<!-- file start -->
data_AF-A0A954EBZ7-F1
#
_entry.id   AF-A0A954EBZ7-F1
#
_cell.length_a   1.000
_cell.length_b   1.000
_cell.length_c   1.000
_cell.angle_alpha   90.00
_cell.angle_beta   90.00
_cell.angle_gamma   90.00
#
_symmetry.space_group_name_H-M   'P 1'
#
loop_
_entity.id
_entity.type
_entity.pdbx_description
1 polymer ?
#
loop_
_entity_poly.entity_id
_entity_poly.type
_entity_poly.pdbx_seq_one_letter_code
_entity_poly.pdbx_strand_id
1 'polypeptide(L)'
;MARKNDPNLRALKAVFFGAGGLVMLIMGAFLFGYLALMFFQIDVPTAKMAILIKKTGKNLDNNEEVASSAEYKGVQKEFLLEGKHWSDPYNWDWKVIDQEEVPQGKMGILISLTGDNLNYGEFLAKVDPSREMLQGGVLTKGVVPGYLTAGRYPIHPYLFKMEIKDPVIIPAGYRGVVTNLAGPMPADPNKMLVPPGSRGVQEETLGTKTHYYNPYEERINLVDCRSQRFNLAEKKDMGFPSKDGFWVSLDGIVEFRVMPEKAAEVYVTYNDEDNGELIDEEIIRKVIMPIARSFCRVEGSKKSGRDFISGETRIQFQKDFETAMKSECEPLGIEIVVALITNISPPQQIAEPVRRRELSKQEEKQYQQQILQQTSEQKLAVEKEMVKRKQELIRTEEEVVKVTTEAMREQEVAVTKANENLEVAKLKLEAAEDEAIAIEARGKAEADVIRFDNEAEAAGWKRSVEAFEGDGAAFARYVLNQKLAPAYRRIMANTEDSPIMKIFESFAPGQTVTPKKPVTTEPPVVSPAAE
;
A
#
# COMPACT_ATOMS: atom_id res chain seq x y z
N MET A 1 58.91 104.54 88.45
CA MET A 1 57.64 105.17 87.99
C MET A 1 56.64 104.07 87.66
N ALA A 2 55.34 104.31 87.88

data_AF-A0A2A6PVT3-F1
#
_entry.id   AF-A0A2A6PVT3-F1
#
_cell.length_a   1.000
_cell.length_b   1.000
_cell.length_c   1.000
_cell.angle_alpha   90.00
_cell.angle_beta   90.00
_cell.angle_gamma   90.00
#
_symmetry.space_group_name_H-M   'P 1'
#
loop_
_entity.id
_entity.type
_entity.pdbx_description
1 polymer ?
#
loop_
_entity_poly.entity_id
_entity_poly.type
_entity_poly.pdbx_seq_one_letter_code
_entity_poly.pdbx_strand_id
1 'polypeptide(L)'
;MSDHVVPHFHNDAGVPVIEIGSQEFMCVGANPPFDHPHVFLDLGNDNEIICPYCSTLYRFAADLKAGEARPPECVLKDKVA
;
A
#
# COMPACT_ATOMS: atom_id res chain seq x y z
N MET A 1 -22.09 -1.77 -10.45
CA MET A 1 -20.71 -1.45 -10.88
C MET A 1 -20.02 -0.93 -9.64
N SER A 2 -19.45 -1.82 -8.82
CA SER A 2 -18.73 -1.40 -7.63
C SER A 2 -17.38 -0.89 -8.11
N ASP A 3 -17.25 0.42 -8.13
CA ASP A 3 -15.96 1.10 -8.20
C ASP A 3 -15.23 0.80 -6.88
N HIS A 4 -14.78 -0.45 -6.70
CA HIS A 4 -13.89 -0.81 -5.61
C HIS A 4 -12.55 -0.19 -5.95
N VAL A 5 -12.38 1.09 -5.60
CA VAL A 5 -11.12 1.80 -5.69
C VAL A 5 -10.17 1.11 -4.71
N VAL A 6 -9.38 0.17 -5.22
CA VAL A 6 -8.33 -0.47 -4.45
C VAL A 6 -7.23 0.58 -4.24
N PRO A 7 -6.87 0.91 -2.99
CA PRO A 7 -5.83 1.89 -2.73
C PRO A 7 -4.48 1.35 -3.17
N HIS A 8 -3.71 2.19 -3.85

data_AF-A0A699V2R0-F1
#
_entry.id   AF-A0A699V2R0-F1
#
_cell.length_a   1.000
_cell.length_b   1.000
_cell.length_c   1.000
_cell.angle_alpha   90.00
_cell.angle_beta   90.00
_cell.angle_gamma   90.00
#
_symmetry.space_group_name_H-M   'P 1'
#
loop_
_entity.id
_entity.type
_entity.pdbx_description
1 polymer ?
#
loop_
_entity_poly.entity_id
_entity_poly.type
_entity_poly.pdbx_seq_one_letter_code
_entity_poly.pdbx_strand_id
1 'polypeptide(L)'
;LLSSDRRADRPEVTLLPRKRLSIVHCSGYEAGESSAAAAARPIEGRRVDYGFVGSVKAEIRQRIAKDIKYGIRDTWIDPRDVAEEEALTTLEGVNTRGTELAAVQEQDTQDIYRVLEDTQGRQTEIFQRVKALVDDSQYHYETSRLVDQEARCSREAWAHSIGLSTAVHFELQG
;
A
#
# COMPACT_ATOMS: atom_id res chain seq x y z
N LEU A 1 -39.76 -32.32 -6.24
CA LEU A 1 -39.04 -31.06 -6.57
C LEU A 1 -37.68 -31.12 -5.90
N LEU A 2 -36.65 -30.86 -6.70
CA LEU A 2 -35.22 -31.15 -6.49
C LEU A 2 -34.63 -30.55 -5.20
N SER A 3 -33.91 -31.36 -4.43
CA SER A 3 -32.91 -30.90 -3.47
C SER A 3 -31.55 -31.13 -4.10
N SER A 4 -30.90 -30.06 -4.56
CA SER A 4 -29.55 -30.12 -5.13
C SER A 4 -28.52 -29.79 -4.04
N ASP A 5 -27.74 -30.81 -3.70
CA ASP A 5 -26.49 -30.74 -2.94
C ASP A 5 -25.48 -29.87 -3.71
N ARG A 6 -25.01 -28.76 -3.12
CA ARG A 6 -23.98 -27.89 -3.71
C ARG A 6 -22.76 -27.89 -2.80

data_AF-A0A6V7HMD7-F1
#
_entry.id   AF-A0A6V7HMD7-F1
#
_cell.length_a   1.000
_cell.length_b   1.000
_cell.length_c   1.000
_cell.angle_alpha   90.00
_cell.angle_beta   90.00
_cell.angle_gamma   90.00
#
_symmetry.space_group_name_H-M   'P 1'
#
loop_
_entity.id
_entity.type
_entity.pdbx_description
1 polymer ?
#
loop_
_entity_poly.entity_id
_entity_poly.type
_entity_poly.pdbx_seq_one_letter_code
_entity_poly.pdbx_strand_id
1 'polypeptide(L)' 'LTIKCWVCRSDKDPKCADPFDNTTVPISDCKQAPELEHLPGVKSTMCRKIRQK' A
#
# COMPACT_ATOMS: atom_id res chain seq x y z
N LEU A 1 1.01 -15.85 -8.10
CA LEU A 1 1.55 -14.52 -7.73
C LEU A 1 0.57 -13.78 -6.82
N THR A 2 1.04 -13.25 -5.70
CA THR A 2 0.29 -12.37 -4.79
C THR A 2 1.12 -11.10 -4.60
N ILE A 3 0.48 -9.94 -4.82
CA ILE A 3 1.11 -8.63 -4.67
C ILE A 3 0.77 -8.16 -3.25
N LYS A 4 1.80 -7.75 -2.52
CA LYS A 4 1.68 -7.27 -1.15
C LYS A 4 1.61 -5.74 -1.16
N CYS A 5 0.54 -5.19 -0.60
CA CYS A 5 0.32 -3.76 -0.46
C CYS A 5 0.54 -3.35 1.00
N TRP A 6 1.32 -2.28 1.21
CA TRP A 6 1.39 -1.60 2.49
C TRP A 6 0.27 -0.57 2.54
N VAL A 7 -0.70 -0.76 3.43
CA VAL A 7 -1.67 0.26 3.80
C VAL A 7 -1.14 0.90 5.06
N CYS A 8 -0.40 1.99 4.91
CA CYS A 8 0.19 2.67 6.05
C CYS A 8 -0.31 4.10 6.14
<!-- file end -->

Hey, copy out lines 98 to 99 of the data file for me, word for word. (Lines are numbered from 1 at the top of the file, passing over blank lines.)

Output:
_symmetry.space_group_name_H-M   'P 1'
#